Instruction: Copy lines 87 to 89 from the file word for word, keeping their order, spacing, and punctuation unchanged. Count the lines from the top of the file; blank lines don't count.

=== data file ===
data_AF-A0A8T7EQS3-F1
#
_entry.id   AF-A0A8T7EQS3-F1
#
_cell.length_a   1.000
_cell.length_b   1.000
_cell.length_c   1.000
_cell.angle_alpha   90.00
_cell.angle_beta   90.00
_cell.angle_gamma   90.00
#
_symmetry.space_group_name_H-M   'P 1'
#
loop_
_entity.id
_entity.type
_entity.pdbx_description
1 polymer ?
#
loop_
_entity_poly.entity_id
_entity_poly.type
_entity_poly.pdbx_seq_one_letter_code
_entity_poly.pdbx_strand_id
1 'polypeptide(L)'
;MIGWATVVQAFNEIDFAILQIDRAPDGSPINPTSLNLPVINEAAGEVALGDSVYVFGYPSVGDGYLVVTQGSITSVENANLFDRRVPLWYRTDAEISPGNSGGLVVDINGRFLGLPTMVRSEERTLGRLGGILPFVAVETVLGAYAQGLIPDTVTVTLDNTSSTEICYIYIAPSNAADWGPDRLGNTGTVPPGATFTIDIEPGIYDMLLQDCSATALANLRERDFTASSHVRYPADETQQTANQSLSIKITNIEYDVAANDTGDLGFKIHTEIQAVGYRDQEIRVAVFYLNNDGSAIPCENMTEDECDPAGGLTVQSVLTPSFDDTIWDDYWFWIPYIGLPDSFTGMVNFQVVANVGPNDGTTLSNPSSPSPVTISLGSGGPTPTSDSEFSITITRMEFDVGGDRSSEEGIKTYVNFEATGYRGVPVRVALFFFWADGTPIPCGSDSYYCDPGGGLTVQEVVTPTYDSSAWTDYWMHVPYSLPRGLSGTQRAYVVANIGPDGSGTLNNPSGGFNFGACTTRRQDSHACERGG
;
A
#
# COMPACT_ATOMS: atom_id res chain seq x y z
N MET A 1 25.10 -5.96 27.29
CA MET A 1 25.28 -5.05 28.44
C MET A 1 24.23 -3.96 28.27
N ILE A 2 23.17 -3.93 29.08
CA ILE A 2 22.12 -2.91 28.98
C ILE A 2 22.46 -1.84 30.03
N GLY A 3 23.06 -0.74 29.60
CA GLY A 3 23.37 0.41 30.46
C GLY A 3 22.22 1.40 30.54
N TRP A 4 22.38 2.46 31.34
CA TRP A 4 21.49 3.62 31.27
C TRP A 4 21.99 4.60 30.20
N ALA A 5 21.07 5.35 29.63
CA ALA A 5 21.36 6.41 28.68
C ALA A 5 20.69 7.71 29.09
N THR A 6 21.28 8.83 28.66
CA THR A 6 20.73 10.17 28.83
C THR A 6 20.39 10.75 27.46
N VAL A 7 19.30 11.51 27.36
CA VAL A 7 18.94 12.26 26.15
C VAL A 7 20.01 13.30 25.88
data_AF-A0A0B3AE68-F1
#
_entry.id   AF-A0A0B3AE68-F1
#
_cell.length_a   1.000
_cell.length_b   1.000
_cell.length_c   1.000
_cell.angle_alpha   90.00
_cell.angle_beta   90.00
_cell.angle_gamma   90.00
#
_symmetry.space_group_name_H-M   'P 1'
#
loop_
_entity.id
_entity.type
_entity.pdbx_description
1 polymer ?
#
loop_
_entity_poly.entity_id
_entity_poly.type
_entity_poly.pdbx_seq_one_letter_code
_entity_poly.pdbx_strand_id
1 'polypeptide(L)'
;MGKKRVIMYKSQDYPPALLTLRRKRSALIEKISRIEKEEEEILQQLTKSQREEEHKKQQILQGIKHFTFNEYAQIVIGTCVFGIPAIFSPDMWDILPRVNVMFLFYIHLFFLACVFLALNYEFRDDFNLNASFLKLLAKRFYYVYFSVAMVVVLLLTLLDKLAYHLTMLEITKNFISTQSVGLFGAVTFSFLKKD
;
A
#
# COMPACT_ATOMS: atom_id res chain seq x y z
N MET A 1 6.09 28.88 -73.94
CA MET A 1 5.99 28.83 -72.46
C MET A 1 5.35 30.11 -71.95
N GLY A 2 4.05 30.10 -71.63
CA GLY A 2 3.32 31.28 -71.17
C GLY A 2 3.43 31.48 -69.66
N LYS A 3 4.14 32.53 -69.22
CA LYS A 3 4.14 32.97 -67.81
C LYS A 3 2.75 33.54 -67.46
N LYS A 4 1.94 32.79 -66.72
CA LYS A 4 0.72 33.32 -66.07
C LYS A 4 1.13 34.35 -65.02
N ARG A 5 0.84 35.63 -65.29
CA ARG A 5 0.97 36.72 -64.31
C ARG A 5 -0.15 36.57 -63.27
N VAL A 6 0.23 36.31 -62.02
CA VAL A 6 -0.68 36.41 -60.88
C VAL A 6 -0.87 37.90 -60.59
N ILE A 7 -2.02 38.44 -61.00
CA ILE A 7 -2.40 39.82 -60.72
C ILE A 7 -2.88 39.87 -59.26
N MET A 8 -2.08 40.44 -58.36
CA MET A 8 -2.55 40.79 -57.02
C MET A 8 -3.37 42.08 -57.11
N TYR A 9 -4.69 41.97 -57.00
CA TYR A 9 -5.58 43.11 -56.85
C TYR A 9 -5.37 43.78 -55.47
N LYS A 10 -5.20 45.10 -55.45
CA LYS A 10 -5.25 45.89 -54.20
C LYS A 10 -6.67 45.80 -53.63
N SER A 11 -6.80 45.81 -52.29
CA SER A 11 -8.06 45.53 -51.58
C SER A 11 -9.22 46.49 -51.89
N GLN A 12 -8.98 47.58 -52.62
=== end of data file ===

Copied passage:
C GLY A 2 3.43 31.48 -69.66
N LYS A 3 4.14 32.53 -69.22
CA LYS A 3 4.14 32.97 -67.81